Friday, May 27, 2011
This wouldn't happen if game companies sold virtual items
In a weird way this week's news about Chinese prisoner being forced to farm gold in MMORPGs ties in with my previous post about buying virtual items in MMORPGs: If game companies don't sell virtual property, and the only way to get that virtual property is by hard, grinding labor, then a black market which basically sells that hard labor is going to evolve. Whether that is a prison camp or a sweatshop, in China or in some other part of the world, they all sell virtual labor for real money, because virtual labor is the only thing that counts in MMORPGs without an item shop.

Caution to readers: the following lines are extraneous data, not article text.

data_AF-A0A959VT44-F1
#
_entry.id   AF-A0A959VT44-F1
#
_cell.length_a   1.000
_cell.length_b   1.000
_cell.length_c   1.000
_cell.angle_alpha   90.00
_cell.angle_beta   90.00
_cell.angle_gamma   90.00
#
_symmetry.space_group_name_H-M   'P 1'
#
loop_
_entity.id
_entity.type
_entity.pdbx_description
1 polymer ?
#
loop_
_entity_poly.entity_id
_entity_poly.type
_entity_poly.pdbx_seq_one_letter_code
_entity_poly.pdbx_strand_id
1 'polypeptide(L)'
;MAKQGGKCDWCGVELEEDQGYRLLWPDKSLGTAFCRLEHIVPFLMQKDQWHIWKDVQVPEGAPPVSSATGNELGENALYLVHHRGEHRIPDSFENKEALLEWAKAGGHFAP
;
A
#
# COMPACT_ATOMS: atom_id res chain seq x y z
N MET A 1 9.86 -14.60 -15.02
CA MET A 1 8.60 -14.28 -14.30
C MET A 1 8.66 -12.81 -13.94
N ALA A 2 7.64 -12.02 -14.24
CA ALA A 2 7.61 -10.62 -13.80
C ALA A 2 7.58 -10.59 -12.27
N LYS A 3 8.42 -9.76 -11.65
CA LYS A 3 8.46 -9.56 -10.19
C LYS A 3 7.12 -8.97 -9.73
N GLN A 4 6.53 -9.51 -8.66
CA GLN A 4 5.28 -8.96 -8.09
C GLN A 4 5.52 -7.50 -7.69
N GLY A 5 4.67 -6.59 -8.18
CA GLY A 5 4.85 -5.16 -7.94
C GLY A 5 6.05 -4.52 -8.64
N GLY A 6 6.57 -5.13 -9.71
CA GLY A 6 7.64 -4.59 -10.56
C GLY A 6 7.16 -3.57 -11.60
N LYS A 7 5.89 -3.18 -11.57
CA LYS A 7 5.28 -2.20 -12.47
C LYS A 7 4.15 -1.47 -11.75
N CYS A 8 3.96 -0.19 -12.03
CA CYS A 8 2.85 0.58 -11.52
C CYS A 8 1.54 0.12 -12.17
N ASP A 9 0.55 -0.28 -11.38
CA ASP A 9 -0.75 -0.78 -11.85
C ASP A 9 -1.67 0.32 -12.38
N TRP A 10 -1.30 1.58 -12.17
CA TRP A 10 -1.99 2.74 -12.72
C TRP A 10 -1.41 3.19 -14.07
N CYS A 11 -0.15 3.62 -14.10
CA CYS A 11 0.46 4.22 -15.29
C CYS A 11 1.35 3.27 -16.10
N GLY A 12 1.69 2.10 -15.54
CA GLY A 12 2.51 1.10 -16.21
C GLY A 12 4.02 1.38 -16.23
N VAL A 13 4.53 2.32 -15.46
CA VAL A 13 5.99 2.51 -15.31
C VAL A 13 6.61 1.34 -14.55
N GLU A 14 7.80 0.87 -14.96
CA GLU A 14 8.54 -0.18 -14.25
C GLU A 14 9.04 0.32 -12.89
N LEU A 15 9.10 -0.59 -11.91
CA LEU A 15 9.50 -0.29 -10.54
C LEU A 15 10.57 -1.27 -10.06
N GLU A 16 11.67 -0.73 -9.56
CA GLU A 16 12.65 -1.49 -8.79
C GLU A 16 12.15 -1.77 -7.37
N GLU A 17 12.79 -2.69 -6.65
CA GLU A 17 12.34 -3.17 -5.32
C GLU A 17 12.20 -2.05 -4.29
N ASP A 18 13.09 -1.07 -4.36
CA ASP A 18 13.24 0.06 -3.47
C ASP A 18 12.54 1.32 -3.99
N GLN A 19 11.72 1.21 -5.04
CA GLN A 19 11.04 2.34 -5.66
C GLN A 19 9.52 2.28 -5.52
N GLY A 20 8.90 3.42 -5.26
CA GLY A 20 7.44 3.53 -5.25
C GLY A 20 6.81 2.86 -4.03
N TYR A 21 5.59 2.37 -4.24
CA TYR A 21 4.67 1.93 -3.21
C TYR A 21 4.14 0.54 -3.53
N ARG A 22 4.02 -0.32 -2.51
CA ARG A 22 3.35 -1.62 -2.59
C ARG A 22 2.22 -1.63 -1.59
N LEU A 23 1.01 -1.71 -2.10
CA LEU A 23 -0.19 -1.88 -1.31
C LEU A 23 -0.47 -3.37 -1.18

A game which has the option to buy virtual goods directly from the game company destroys the business model of the sweatshop gold farmer. Unlike real labor producing real goods, virtual labor to farm virtual goods is based on the artificial scarcity of those virtual goods. As this scarcity isn't real, the game company has total control over the supply, and can always produce virtual items for cheaper than a gold farmer can farm them for. By having legal ways to buy virtual goods, the illegal and morally wrong ways to these goods are made obsolete.